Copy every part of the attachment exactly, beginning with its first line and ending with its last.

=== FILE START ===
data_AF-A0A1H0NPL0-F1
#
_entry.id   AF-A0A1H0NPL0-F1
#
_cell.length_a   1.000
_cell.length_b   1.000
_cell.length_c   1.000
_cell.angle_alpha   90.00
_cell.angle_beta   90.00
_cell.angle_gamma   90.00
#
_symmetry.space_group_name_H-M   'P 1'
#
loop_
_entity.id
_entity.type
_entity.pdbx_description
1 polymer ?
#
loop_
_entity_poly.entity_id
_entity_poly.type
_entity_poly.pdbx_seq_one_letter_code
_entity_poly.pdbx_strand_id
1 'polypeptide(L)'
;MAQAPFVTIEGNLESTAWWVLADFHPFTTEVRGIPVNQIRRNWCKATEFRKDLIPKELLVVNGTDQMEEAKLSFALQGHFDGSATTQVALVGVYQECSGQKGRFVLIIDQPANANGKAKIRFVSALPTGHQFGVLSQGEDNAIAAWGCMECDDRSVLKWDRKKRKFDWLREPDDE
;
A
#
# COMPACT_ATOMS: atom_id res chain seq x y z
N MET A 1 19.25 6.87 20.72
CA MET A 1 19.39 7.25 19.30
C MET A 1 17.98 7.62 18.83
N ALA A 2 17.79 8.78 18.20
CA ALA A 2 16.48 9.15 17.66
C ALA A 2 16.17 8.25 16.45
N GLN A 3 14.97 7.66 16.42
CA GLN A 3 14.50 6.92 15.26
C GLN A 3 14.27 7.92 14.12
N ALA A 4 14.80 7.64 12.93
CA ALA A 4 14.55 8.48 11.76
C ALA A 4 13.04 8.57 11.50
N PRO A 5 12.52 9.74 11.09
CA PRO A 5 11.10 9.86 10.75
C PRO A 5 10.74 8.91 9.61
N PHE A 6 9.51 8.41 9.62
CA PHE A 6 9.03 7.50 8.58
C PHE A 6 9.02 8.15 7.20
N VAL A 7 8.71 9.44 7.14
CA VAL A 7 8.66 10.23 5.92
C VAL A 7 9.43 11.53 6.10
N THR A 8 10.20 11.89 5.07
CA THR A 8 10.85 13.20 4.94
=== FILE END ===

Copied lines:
data_AF-A0A1H0NPL0-F1
#
_entry.id   AF-A0A1H0NPL0-F1
#
_cell.length_a   1.000
_cell.length_b   1.000
_cell.length_c   1.000
_cell.angle_alpha   90.00
_cell.angle_beta   90.00
_cell.angle_gamma   90.00
#
_symmetry.space_group_name_H-M   'P 1'
#
loop_
_entity.id
_entity.type
_entity.pdbx_description
1 polymer ?
#
loop_
_entity_poly.entity_id
_entity_poly.type
_entity_poly.pdbx_seq_one_letter_code
_entity_poly.pdbx_strand_id
1 'polypeptide(L)'
;MAQAPFVTIEGNLESTAWWVLADFHPFTTEVRGIPVNQIRRNWCKATEFRKDLIPKELLVVNGTDQMEEAKLSFALQGHFDGSATTQVALVGVYQECSGQKGRFVLIIDQPANANGKAKIRFVSALPTGHQFGVLSQGEDNAIAAWGCMECDDRSVLKWDRKKRKFDWLREPDDE
;
A
#
# COMPACT_ATOMS: atom_id res chain seq x y z
N MET A 1 19.25 6.87 20.72
CA MET A 1 19.39 7.25 19.30
C MET A 1 17.98 7.62 18.83
N ALA A 2 17.79 8.78 18.20
CA ALA A 2 16.48 9.15 17.66
C ALA A 2 16.17 8.25 16.45
N GLN A 3 14.97 7.66 16.42
CA GLN A 3 14.50 6.92 15.26
C GLN A 3 14.27 7.92 14.12
N ALA A 4 14.80 7.64 12.93
CA ALA A 4 14.55 8.48 11.76
C ALA A 4 13.04 8.57 11.50
N PRO A 5 12.52 9.74 11.09
CA PRO A 5 11.10 9.86 10.75
C PRO A 5 10.74 8.91 9.61
N PHE A 6 9.51 8.41 9.62
CA PHE A 6 9.03 7.50 8.58
C PHE A 6 9.02 8.15 7.20
N VAL A 7 8.71 9.44 7.14
CA VAL A 7 8.66 10.23 5.92
C VAL A 7 9.43 11.53 6.10
N THR A 8 10.20 11.89 5.07
CA THR A 8 10.85 13.20 4.94